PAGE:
A government spokesman said: “The UK does not accept liability for the alleged losses or recognise the estimate of alleged duty evaded. We take customs fraud very seriously and we continue to evolve our response as new threats emerge.”

The alleged fraud has raised tensions between the EU and UK, contributing to mistrust about British officials’ ability to collect duties on behalf of the bloc, as proposed by the government in its unprecedented customs partnership.

With many thanks to: The Guardian for the original story.

Secretary of State for the North of Ireland Speech to the British – Irish Association Annual Conference

The Secretary of State for Northern Ireland, the Rt Hon Karen Bradley MP, gave the following speech to the Annual Conference of the British-Irish Association on Friday 7 September 2018.

Delivered on:
7 September 2018 (Speaker’s notes, may differ from delivered version)

Secretary of State Karen Broadly, photographed at Stormont House.

Since 1972 the BIA has played a key role in bringing together politicians, civil servants, academics, business people, faith leaders, journalist, commentators and many more to promote dialogue and understanding throughout these islands and to try and shape a better future together.

So thank you for everything you have done and I am sure will continue to do in the years to come.

This is of course my first BIA conference since the Prime Minister asked me to take on the role of Secretary of State for Northern Ireland in January, something that I had absolutely no hesitation in accepting.

And as Secretary of State, I know what an amazing place Northern Ireland is and what it has to offer.

Indeed, it’s not surprising that nearly all of my predecessors look back on their time with huge affection, with a number regarding it as the most rewarding and important job they ever had in government.

So as I’ve gone out and about over the past nine months, meeting as many people as I can, it’s impossible not to be struck by the warmth of the place. Its beauty, its spirit and, yes, its history but also its massive potential.

I’ve made a point of visiting with my family some of the great attractions that Northern Ireland has to offer: the Fermanagh lakes, the Giant’s Causeway, the Titanic Visitor attraction, to name but a few. And each time they can’t wait to come back for more.

So Northern Ireland is a very special place, and I believe one with a great future.

And this year of course we have been marking the 20th anniversary of the Belfast or Good Friday Agreement, an historic landmark in the history not just of Northern Ireland but of these islands as a whole.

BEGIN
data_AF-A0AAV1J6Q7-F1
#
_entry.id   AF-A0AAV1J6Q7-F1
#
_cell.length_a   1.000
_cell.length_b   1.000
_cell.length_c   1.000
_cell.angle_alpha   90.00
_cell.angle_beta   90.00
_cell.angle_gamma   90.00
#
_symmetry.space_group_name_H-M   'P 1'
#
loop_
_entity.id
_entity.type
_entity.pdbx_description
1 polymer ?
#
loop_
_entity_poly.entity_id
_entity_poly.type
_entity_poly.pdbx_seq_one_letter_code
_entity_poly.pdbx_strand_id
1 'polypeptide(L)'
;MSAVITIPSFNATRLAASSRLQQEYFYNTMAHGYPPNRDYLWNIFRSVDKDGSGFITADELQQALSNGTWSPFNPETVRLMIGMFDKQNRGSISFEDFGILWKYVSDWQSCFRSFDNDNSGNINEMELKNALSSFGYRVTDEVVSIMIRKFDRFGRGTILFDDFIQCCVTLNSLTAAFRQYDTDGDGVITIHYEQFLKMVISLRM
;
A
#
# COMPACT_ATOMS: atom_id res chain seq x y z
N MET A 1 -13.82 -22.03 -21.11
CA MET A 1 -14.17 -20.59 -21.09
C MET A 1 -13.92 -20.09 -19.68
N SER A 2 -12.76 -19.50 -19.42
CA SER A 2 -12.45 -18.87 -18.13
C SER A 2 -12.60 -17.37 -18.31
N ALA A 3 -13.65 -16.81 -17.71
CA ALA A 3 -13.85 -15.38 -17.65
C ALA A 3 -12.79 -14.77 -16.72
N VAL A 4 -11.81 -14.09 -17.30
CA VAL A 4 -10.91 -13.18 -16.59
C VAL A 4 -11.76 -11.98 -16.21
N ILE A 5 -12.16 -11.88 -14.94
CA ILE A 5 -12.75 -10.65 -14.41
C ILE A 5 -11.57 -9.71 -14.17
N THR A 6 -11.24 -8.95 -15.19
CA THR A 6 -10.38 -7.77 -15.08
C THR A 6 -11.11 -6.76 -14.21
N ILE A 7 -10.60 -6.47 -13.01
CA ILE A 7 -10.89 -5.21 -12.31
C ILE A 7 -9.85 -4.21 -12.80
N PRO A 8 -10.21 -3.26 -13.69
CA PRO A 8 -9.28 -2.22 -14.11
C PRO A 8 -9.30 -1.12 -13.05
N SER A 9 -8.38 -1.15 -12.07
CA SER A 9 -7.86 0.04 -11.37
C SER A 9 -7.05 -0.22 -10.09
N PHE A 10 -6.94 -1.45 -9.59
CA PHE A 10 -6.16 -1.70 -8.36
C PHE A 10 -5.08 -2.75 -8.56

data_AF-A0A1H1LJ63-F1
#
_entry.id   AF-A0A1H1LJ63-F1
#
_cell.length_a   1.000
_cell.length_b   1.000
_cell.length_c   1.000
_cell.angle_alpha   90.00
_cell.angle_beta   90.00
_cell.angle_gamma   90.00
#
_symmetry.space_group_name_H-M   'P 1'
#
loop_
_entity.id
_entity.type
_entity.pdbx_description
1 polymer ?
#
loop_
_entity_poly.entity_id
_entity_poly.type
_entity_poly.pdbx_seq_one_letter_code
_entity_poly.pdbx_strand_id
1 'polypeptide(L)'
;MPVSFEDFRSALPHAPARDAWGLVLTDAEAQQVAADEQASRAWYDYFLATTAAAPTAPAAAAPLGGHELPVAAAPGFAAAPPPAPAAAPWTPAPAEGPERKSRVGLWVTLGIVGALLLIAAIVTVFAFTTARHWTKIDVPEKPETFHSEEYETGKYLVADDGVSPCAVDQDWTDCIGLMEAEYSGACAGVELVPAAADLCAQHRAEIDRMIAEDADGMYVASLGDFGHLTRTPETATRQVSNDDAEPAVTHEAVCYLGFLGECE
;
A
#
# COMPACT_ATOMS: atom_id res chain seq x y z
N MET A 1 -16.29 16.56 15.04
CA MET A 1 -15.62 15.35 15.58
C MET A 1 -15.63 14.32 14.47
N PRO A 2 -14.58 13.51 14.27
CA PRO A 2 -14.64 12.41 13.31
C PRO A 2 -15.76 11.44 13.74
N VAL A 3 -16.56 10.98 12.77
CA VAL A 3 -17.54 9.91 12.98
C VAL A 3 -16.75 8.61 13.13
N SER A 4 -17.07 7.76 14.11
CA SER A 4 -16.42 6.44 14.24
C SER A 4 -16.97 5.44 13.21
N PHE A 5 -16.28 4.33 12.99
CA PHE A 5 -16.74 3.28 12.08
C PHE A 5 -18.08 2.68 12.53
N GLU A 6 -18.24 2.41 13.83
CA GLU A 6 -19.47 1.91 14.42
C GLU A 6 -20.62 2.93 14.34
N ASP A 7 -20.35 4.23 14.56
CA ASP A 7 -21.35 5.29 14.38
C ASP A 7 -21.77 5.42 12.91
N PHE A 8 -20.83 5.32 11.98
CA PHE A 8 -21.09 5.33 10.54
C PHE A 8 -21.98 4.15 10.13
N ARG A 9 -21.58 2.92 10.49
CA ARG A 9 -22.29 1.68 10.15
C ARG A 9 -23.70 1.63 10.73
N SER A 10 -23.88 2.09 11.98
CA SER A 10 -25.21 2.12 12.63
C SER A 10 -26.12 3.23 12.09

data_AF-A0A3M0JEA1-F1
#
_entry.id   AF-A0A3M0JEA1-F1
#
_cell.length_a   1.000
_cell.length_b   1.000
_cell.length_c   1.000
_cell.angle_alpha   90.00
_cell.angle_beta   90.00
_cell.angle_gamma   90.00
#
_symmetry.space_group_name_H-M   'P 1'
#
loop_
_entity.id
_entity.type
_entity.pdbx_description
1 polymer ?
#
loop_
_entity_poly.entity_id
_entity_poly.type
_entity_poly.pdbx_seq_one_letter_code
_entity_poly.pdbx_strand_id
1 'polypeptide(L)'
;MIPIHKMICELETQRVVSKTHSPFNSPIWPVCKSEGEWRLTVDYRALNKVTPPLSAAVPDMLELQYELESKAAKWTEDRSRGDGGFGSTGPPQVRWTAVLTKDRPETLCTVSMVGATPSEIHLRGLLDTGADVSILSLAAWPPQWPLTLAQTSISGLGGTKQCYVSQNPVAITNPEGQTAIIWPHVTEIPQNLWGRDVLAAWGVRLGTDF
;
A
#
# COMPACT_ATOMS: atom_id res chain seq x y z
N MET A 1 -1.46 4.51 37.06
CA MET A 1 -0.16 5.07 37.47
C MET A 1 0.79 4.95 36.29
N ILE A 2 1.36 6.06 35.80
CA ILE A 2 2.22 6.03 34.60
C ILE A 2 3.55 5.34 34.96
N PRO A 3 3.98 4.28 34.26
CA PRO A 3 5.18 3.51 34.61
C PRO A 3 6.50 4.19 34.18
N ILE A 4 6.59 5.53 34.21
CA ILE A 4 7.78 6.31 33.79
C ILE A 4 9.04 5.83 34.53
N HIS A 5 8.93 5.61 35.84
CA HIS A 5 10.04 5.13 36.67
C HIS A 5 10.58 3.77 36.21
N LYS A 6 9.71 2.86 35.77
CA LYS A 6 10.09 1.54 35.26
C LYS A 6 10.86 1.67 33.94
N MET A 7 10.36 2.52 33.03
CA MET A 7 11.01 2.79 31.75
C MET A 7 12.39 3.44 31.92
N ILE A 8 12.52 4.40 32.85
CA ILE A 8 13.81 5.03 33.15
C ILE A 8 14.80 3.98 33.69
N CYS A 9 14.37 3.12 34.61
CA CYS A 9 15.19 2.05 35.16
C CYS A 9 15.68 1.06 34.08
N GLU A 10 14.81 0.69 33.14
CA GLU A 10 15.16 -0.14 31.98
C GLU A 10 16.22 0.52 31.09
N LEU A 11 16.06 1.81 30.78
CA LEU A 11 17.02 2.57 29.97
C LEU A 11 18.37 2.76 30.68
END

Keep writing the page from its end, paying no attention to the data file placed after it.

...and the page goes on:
It was, as I said in April, a triumph of politics over the previous decades of violence, division and despair.

Twenty years on it is perhaps easy for some to lose sight of the magnitude of what was achieved in 1998.

So let me spell some them out.

The constitutional position of Northern Ireland settled on the principle of consent.

The Irish constitution amended to reflect that fact.

Political institutions to accommodate and give expression to both the main traditions in Northern Ireland.

Strong new bodies to foster greater North-South and East-West co-operation.

Powerful protections for people’s rights, culture and identities.

Reforms to make policing and the criminal justice system more accountable and acceptable across the community.

And of course the consequences of all of this: a more peaceful, stable and prosperous Northern Ireland that is in so many ways unrecognisable since the dark days of the troubles, notwithstanding the severe threat we continue to face from dissident republicans.

All of these gains were hard fought, the result of years of painstaking discussions and negotiations, and we should never forget just how precious they are or indeed shy away from making the case for the 1998 Agreement.

It is our duty to do whatever is necessary to protect and defend it, and that is what this Government will continue to do.

So let me reiterate for the avoidance of any doubt: the UK Government remains steadfast in its support for the Belfast Agreement, the bedrock on which the progress across the three interlocking relationships – within Northern Ireland, between Northern Ireland and Ireland and between the UK and Ireland – has been made over the past twenty years.

We will do nothing that undermines this, including as the UK leaves the EU next March.

And over recent years Northern Ireland has continued to take many great steps forward, not least on the economy.

Unemployment, which in 2010 stood at just over 7 per cent, is now 3.8 per cent, one of the lowest figures on record and significantly below the EU average.

Meanwhile employment, at just over 69 per cent, is at near record levels. In all, 63,000 more people are in work in Northern Ireland today than in 2010 … with nearly 19,000 new jobs in the past year. That’s more people with the security of a regular pay packet for them and their families.

Average weekly earnings have grown at a faster rate in Northern Ireland than in any other UK region.

There are over 12,000 more businesses than was the case 8 years ago.

Over 900 overseas companies have invested in Northern Ireland, making it the most popular location for FDI outside of London and the South East – the highest number of FDI jobs per head of any part of the UK.

Since 2011, exports are up by 11per cent, and external sales, including to the rest of the UK, are up 18 per cent.

Tourism is booming, as anyone who has seen the cruise ships docked in Belfast this year will testify.